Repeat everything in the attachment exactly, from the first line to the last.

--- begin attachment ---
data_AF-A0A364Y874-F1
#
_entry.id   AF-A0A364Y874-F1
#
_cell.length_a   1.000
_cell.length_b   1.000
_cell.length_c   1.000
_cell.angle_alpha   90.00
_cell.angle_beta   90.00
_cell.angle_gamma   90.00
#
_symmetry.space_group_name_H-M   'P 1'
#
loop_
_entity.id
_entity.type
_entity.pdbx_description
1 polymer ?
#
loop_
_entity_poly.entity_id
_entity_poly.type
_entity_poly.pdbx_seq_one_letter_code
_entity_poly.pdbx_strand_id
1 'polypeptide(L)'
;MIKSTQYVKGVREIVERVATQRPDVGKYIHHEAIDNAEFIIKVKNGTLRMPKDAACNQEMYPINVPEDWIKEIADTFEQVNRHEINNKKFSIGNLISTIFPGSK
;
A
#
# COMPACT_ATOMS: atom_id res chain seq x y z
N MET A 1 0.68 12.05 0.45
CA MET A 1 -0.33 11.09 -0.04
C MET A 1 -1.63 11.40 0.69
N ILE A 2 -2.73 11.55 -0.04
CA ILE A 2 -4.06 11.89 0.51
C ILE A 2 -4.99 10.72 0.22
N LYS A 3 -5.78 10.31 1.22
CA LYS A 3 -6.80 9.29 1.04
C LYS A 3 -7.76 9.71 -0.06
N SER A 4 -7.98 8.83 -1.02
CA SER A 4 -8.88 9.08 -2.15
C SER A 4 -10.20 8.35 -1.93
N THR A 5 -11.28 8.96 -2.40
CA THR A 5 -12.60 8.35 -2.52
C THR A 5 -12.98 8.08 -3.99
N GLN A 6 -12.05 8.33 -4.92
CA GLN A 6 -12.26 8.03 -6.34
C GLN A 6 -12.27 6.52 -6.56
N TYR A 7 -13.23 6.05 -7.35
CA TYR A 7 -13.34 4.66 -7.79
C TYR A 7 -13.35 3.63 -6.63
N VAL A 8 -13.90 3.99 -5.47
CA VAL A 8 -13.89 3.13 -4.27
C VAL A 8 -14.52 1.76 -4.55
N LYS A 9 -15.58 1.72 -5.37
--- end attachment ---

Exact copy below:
data_AF-A0A364Y874-F1
#
_entry.id   AF-A0A364Y874-F1
#
_cell.length_a   1.000
_cell.length_b   1.000
_cell.length_c   1.000
_cell.angle_alpha   90.00
_cell.angle_beta   90.00
_cell.angle_gamma   90.00
#
_symmetry.space_group_name_H-M   'P 1'
#
loop_
_entity.id
_entity.type
_entity.pdbx_description
1 polymer ?
#
loop_
_entity_poly.entity_id
_entity_poly.type
_entity_poly.pdbx_seq_one_letter_code
_entity_poly.pdbx_strand_id
1 'polypeptide(L)'
;MIKSTQYVKGVREIVERVATQRPDVGKYIHHEAIDNAEFIIKVKNGTLRMPKDAACNQEMYPINVPEDWIKEIADTFEQVNRHEINNKKFSIGNLISTIFPGSK
;
A
#
# COMPACT_ATOMS: atom_id res chain seq x y z
N MET A 1 0.68 12.05 0.45
CA MET A 1 -0.33 11.09 -0.04
C MET A 1 -1.63 11.40 0.69
N ILE A 2 -2.73 11.55 -0.04
CA ILE A 2 -4.06 11.89 0.51
C ILE A 2 -4.99 10.72 0.22
N LYS A 3 -5.78 10.31 1.22
CA LYS A 3 -6.80 9.29 1.04
C LYS A 3 -7.76 9.71 -0.06
N SER A 4 -7.98 8.83 -1.02
CA SER A 4 -8.88 9.08 -2.15
C SER A 4 -10.20 8.35 -1.93
N THR A 5 -11.28 8.96 -2.40
CA THR A 5 -12.60 8.35 -2.52
C THR A 5 -12.98 8.08 -3.99
N GLN A 6 -12.05 8.33 -4.92
CA GLN A 6 -12.26 8.03 -6.34
C GLN A 6 -12.27 6.52 -6.56
N TYR A 7 -13.23 6.05 -7.35
CA TYR A 7 -13.34 4.66 -7.79
C TYR A 7 -13.35 3.63 -6.63
N VAL A 8 -13.90 3.99 -5.47
CA VAL A 8 -13.89 3.13 -4.27
C VAL A 8 -14.52 1.76 -4.55
N LYS A 9 -15.58 1.72 -5.37